The ability to effectively communicate a complex idea is one of the many things that separate man from the lesser animals. Animals do communicate to a degree, like a dog that raises his hackles to make himself appear larger than he is to a potential foe, but complex communication is beyond their capacity.
Effective communication is something that fascinates me. It is what I try to do every week with this column. I aim to take an idea that I have in my sometimes feeble mind and communicate it logically to all who read this column. I try to communicate the thoughts that are in my mind, or at least some of them.
I've tried to communicate controversial ideas (to some) like why conventionally grown food is just as wholesome as organic food, why the philosophy of animal rights is flawed and why genetically modified foods are indeed a benefit to society and not the evil that some hysterical people paint them to be. When I communicate controversial ideas, it often makes people mad. If that is the case, one could argue that I failed since my goal is to communicate an idea, not an insult. Occasionally, some of the people whom I make mad will even communicate with me.
Some say that President Obama hasn't communicated very well with the American people about the economy. I think his communication skills are just fine; it's his economic policies that stink. It seems that I've just communicated my political leanings.
Communication in a weekly column, while important and fun, is not nearly as critical as some of my communication. I communicate with clients, mostly farmers, about problems they may have with an animal or maybe even an entire herd. Good communication can be the difference between a successful treatment and a failure. While failure doesn't happen often, it can be costly when it does.
Routinely, I have to communicate a complex disease process to a client in order to help him or her understand what's wrong with a cow or herd. In veterinary school, we had to learn scientific names for everything from anatomy to disease processes. It seems like a pain in the neck to the young veterinary student, but there's actually a very good reason for it.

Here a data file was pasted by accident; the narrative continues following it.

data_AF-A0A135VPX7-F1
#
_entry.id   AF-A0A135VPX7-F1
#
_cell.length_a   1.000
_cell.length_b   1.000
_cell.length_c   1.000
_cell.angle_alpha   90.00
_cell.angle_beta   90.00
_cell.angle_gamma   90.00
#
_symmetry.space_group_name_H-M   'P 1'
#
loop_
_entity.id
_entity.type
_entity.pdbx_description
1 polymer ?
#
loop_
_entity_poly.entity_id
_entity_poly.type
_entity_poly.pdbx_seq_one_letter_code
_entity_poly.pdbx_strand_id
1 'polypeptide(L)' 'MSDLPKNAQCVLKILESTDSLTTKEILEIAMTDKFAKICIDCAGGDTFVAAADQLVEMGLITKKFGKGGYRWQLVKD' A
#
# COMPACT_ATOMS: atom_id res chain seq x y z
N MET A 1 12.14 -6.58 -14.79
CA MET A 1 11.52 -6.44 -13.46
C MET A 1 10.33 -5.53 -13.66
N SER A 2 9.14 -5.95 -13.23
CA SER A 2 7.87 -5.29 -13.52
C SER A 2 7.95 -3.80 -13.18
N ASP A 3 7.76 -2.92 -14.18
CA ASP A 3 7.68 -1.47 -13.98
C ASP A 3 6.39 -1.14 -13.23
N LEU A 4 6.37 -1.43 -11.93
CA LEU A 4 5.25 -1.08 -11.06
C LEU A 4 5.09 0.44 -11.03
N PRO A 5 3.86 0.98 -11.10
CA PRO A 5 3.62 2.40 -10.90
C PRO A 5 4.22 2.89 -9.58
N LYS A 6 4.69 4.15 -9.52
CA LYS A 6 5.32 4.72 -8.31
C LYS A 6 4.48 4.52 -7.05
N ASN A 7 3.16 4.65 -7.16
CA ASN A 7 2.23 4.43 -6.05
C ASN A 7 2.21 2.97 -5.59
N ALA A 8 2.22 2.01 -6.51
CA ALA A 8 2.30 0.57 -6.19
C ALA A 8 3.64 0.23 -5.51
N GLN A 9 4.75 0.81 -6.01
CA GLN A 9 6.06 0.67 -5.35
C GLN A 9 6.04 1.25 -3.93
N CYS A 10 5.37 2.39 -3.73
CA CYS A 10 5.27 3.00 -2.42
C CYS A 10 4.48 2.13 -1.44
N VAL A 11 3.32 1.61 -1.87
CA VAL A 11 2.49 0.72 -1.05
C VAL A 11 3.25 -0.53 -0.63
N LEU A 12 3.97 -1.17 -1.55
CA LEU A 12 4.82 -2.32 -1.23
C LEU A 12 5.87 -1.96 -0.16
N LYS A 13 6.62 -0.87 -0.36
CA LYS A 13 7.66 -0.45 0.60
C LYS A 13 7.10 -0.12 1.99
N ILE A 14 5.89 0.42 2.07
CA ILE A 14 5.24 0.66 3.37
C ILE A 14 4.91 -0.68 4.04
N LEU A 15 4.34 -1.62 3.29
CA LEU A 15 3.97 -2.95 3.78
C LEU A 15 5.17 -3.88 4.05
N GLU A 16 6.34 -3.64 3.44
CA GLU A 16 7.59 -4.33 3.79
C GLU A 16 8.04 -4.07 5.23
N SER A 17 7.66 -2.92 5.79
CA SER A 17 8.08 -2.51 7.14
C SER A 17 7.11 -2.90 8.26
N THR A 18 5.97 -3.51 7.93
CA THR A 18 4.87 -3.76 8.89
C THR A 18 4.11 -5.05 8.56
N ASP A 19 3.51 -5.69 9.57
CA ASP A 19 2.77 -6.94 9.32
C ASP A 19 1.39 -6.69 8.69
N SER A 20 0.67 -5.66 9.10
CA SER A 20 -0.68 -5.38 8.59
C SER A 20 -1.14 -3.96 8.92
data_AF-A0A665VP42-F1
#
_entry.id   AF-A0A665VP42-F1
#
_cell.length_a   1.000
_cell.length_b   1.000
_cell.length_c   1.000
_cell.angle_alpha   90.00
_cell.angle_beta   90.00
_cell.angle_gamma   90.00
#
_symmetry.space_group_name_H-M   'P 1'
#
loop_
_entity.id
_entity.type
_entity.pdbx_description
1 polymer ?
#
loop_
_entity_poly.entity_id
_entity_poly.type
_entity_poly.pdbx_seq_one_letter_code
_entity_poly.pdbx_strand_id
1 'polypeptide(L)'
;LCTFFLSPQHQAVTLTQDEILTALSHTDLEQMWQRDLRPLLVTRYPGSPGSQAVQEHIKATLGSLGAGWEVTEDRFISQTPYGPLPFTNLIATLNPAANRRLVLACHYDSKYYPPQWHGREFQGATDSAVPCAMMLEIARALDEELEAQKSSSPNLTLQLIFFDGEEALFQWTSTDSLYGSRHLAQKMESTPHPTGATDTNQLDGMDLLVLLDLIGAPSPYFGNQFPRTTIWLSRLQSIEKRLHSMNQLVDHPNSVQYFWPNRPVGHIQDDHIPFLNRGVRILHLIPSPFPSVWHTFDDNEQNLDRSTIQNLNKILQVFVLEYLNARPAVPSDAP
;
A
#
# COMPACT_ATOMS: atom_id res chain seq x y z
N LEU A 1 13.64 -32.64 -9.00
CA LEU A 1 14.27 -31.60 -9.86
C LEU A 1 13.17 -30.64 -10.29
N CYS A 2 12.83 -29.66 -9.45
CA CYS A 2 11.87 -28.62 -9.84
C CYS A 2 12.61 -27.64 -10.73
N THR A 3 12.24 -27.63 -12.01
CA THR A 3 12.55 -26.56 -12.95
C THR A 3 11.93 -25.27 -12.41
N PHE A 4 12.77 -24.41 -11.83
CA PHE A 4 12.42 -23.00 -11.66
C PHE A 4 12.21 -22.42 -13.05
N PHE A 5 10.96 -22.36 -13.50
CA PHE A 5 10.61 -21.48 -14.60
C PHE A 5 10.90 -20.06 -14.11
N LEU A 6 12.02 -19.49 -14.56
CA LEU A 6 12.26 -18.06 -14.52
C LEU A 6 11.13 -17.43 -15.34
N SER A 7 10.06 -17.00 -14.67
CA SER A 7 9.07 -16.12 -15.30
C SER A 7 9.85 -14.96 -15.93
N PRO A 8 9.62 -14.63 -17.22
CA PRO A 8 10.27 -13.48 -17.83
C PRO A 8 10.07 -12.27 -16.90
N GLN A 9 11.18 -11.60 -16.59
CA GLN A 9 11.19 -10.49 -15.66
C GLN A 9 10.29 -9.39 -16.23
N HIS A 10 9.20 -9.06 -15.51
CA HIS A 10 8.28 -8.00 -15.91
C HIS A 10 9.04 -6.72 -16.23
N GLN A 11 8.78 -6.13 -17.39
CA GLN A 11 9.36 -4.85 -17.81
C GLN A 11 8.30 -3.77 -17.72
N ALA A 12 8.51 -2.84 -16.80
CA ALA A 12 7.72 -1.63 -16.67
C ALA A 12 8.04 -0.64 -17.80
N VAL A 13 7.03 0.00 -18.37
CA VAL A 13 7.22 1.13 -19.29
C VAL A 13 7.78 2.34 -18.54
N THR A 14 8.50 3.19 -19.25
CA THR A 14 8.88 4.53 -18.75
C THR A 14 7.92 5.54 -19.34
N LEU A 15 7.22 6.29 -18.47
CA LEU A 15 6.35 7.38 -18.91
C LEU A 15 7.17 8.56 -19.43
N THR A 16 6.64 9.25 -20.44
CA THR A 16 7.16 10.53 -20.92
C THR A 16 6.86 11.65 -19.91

It was communicated to us that when we discuss a case with a professional colleague in a different geographical area, the local vernacular may not exactly get the point across. Let's say I want to consult with a colleague about, for example, a case of sudden hair loss in a calf. Since "hair loss" is a very nonspecific term, my colleague won't adequately understand what I'm describing. If I use the medical term "telogen effluvium," my colleague will automatically envision the poor calf that lost its hair over the face and legs.
But I can't expect my clients to understand scientific jargon. When I talk jargon to my clients, most of them look at me like I'm speaking Martian. I usually give them the same look when they are trying to describe the inner workings of farm equipment to me.
Jargon gets a bad name sometimes, but it is actually vitally important. All of the scientific literature is written so that no matter what corner of the globe a veterinarian or any professional is from, if there is a scientific paper published on a topic of interest, he or she can understand it. If I have a question about, let's say, problems with cryopreservation of stage 7 bovine blastocysts, I can go to the scientific literature and find the answer — if it exists. The jargon is standardized so there is no confusion in the communication of the idea. Then nobody can say, "What we've got here … is failure to communicate."